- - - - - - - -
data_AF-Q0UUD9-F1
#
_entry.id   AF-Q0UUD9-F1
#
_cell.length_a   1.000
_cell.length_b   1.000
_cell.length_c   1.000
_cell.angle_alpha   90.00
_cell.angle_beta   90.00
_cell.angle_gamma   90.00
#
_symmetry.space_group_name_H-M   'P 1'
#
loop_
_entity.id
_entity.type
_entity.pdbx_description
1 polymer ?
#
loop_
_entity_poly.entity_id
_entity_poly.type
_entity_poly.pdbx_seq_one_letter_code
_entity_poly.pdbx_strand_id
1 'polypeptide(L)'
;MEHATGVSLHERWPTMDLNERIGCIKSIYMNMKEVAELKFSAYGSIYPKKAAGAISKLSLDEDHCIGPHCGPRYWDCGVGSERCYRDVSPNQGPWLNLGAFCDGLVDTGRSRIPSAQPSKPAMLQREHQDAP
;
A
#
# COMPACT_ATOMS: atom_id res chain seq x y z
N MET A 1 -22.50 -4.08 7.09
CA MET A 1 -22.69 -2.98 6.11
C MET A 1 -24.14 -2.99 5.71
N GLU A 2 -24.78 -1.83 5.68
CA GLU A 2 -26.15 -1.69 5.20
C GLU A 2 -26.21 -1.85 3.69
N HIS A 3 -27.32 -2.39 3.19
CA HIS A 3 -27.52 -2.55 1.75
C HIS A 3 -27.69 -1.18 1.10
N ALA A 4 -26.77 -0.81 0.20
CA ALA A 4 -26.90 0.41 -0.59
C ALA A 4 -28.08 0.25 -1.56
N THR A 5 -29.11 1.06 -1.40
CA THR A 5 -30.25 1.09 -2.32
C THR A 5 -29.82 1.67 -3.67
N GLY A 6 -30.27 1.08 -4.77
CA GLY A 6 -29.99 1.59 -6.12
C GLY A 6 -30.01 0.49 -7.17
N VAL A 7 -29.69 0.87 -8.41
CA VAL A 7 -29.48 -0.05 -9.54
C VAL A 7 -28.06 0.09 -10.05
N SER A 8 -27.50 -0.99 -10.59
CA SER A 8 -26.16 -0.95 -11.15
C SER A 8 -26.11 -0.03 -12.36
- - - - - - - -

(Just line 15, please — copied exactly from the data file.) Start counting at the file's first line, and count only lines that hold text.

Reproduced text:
_entity.id